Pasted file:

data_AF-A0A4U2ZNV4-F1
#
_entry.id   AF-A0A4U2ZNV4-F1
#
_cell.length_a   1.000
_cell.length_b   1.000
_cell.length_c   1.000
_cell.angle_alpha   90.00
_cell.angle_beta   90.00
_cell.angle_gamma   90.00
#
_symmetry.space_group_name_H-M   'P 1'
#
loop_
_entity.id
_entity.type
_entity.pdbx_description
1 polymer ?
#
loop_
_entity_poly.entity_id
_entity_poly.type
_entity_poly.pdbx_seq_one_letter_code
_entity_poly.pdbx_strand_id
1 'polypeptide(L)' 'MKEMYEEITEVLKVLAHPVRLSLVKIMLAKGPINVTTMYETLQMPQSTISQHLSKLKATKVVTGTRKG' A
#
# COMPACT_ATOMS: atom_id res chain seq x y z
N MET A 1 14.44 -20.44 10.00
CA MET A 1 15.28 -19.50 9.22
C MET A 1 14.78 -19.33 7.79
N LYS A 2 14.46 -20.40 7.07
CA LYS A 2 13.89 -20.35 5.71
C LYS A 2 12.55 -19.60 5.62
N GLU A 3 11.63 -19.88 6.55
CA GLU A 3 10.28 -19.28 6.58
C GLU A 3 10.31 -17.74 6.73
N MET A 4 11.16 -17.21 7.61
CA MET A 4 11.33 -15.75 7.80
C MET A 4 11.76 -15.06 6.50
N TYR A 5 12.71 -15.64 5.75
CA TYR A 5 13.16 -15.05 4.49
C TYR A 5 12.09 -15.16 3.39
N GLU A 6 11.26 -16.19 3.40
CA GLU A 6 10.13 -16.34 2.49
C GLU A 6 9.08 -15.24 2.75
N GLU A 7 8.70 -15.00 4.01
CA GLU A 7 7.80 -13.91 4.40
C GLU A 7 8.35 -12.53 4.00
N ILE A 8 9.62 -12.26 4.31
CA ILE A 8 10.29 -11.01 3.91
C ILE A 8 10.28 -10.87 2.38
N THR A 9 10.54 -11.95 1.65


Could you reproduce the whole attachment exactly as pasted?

data_AF-A0A4U2ZNV4-F1
#
_entry.id   AF-A0A4U2ZNV4-F1
#
_cell.length_a   1.000
_cell.length_b   1.000
_cell.length_c   1.000
_cell.angle_alpha   90.00
_cell.angle_beta   90.00
_cell.angle_gamma   90.00
#
_symmetry.space_group_name_H-M   'P 1'
#
loop_
_entity.id
_entity.type
_entity.pdbx_description
1 polymer ?
#
loop_
_entity_poly.entity_id
_entity_poly.type
_entity_poly.pdbx_seq_one_letter_code
_entity_poly.pdbx_strand_id
1 'polypeptide(L)' 'MKEMYEEITEVLKVLAHPVRLSLVKIMLAKGPINVTTMYETLQMPQSTISQHLSKLKATKVVTGTRKG' A
#
# COMPACT_ATOMS: atom_id res chain seq x y z
N MET A 1 14.44 -20.44 10.00
CA MET A 1 15.28 -19.50 9.22
C MET A 1 14.78 -19.33 7.79
N LYS A 2 14.46 -20.40 7.07
CA LYS A 2 13.89 -20.35 5.71
C LYS A 2 12.55 -19.60 5.62
N GLU A 3 11.63 -19.88 6.55
CA GLU A 3 10.28 -19.28 6.58
C GLU A 3 10.31 -17.74 6.73
N MET A 4 11.16 -17.21 7.61
CA MET A 4 11.33 -15.75 7.80
C MET A 4 11.76 -15.06 6.50
N TYR A 5 12.71 -15.64 5.75
CA TYR A 5 13.16 -15.05 4.49
C TYR A 5 12.09 -15.16 3.39
N GLU A 6 11.26 -16.19 3.40
CA GLU A 6 10.13 -16.34 2.49
C GLU A 6 9.08 -15.24 2.75
N GLU A 7 8.70 -15.00 4.01
CA GLU A 7 7.80 -13.91 4.40
C GLU A 7 8.35 -12.53 4.00
N ILE A 8 9.62 -12.26 4.31
CA ILE A 8 10.29 -11.01 3.91
C ILE A 8 10.28 -10.87 2.38
N THR A 9 10.54 -11.95 1.65